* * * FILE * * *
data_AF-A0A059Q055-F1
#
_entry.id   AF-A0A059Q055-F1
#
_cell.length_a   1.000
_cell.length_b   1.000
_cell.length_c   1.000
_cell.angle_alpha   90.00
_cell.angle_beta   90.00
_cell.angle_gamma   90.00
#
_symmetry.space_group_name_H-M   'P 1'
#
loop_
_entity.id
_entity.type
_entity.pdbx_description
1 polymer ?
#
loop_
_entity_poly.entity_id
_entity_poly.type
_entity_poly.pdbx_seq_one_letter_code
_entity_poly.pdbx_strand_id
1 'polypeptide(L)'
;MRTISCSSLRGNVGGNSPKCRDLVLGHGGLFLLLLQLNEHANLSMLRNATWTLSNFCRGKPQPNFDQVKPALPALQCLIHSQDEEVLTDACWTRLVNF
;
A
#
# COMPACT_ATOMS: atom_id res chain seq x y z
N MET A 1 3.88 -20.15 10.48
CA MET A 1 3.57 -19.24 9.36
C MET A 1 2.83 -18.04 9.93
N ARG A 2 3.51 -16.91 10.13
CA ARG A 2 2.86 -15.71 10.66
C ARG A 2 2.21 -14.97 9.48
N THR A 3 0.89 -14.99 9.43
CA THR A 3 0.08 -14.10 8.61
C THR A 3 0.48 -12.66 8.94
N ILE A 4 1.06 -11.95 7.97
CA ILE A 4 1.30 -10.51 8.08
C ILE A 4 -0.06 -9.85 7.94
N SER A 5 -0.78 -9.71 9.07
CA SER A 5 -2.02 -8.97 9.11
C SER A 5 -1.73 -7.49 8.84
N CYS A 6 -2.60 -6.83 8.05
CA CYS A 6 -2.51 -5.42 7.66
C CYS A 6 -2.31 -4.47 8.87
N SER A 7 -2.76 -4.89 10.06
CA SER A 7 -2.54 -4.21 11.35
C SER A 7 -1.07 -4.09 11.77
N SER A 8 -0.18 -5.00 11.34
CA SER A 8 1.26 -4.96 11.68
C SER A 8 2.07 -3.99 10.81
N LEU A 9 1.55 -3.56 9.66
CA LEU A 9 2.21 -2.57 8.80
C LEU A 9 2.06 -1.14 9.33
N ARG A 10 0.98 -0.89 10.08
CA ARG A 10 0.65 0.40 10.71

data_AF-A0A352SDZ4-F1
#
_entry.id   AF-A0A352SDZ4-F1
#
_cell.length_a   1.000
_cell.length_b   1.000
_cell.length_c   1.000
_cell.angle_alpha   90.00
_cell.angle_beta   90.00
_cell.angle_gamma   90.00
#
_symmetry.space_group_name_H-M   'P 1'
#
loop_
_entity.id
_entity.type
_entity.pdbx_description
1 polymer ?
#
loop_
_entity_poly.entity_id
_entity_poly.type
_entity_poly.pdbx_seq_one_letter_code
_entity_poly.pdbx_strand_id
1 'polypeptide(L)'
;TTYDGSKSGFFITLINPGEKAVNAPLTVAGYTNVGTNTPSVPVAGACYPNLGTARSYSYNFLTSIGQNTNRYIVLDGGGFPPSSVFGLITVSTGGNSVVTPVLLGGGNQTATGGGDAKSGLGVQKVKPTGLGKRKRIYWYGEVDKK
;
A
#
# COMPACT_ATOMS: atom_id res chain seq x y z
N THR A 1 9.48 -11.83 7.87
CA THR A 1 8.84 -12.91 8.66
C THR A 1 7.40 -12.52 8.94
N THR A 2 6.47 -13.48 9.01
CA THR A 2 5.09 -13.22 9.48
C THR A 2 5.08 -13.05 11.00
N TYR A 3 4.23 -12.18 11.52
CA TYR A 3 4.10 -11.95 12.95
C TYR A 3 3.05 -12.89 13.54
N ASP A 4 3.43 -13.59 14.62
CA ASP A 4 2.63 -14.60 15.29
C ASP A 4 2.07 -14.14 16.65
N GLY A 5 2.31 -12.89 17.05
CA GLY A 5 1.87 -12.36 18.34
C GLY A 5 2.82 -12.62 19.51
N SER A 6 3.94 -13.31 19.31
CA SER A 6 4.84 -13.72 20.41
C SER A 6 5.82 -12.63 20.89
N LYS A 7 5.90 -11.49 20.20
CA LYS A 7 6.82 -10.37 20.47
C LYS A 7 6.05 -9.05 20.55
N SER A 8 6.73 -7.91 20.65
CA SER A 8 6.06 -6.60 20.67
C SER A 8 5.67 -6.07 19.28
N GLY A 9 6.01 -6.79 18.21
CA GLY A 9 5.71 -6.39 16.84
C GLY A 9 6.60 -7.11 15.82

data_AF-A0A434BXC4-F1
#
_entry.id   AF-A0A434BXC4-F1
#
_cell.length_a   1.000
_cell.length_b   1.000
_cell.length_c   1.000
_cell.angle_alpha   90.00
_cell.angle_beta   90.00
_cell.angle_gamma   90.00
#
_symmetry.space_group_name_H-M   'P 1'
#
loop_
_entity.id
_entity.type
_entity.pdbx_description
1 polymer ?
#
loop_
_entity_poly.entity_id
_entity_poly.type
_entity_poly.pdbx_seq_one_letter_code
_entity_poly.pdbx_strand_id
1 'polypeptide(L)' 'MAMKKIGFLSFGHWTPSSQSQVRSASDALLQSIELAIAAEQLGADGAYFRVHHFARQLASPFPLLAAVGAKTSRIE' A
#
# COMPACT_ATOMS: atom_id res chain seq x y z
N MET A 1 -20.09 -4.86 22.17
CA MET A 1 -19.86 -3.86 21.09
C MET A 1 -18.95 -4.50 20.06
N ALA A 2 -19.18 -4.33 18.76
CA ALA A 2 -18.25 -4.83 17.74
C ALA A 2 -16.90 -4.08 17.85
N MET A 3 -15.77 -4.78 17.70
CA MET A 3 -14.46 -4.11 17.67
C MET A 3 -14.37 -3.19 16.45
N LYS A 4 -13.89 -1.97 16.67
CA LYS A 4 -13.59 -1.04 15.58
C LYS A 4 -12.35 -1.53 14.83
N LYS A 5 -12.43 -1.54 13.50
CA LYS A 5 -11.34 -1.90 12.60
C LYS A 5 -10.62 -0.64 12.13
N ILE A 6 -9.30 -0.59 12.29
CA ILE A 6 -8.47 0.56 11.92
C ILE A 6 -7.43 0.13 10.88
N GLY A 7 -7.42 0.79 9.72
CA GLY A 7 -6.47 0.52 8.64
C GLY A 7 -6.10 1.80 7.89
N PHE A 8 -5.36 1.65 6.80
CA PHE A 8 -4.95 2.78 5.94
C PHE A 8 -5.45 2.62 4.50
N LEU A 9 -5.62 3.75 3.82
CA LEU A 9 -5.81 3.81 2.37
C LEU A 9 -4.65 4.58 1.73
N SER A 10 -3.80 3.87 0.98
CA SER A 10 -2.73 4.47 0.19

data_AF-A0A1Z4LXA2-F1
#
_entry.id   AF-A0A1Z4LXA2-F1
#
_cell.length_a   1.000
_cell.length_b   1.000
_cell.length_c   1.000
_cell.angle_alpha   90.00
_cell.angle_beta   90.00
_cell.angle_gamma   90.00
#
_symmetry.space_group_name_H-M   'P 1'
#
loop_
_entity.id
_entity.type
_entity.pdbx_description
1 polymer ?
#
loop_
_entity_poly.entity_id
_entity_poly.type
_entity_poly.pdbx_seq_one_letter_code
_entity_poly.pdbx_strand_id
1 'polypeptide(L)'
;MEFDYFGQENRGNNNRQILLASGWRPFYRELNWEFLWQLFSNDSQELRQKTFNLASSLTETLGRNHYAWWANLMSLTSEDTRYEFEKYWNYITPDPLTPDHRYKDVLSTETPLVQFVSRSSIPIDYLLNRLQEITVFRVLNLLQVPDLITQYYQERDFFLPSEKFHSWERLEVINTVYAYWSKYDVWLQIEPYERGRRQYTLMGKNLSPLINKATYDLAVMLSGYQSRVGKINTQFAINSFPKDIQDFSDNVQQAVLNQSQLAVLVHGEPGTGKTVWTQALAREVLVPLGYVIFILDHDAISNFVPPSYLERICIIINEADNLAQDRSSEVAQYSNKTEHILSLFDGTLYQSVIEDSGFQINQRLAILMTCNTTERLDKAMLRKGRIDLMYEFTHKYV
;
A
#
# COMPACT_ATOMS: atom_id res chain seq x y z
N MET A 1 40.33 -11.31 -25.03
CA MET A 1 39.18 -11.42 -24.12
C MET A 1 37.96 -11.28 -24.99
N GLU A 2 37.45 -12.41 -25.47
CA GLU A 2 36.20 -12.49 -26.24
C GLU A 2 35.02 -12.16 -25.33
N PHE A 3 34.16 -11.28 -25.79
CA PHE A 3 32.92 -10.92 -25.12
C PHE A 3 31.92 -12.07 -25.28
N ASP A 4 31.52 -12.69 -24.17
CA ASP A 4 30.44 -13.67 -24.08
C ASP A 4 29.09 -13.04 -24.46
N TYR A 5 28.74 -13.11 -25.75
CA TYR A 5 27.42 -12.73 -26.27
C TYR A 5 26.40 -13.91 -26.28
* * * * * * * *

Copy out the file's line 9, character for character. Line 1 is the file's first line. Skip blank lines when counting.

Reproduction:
_cell.angle_beta   90.00